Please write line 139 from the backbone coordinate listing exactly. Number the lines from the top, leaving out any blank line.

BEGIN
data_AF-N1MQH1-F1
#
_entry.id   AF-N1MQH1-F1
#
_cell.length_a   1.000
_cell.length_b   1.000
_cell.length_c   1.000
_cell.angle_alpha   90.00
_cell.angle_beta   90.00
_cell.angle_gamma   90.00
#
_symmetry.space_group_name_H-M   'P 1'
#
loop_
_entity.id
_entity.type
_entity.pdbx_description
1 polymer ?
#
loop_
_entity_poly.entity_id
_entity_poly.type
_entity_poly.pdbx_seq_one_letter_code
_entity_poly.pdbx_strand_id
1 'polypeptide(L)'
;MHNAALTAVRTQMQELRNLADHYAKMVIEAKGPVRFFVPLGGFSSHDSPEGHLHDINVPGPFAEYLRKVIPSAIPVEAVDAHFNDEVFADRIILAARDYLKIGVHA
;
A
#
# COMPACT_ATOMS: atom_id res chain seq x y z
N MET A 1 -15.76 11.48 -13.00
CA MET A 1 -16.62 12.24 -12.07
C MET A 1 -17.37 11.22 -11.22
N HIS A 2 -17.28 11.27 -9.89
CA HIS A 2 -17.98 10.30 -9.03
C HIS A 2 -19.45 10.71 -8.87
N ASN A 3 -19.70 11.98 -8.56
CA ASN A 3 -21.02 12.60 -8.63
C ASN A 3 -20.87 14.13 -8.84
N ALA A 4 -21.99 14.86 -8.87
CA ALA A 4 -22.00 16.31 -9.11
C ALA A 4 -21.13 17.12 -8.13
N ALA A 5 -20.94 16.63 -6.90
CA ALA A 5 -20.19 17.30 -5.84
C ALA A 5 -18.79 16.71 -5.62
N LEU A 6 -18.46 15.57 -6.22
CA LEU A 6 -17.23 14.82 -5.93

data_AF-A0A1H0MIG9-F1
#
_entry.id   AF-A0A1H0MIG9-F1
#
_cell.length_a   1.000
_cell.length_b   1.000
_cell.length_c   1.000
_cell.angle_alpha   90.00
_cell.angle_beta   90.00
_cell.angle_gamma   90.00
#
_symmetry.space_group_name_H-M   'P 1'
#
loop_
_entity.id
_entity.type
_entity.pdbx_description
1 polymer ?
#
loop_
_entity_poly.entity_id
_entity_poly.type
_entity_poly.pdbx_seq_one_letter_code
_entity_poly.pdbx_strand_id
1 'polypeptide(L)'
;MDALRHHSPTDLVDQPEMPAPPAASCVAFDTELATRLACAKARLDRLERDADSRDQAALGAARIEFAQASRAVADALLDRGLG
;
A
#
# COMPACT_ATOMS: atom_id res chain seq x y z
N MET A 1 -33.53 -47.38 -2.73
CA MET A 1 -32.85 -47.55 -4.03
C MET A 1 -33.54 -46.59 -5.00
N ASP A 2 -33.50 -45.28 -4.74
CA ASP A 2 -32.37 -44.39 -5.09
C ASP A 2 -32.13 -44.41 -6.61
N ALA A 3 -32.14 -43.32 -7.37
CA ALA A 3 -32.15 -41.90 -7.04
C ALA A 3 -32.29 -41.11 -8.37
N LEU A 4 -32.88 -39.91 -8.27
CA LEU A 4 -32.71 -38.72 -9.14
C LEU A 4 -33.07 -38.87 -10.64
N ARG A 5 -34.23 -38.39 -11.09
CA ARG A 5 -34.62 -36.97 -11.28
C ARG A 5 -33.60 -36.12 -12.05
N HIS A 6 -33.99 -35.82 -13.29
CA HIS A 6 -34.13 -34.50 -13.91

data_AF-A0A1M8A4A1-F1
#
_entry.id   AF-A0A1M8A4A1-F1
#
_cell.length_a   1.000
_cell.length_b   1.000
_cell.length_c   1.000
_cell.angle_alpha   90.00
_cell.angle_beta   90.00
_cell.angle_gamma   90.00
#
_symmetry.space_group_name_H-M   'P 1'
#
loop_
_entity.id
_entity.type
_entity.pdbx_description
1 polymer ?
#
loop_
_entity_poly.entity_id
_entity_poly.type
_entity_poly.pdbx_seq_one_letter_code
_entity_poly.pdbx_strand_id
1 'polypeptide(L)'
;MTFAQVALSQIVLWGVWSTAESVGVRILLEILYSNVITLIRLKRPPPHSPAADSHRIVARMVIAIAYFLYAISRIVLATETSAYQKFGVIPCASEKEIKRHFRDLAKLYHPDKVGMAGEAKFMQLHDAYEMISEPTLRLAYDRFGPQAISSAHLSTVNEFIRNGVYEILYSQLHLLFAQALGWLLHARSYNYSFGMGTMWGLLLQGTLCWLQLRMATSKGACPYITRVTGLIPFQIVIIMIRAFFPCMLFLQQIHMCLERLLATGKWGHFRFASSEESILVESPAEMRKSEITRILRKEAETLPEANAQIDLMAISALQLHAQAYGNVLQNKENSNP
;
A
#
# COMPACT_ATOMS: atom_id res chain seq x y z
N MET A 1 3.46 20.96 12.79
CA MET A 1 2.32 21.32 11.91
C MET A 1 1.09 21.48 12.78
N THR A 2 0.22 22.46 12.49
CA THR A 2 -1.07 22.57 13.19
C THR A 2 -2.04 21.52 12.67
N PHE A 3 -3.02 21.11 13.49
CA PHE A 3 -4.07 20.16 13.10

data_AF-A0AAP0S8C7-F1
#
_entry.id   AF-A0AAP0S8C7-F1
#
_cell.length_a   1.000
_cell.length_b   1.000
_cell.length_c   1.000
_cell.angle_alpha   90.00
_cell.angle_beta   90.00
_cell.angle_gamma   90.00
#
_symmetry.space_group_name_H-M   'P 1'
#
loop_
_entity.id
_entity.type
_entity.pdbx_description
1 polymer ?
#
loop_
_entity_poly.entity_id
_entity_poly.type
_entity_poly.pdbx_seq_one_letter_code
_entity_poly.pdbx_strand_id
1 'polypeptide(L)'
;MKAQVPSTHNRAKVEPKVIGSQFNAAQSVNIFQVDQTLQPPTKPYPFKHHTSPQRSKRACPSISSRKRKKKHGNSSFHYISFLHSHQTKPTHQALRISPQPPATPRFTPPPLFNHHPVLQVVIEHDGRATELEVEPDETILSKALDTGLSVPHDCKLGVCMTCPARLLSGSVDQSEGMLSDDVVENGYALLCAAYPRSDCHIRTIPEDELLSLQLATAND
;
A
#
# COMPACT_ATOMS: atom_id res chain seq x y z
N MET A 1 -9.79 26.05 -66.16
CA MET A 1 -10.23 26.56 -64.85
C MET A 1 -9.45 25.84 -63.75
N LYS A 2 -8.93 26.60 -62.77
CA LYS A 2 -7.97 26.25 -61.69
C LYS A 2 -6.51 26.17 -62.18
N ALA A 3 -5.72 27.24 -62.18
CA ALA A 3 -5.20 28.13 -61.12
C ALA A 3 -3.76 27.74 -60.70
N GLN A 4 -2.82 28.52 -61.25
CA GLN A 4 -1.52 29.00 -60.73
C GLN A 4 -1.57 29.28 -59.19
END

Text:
_cell.length_c   1.000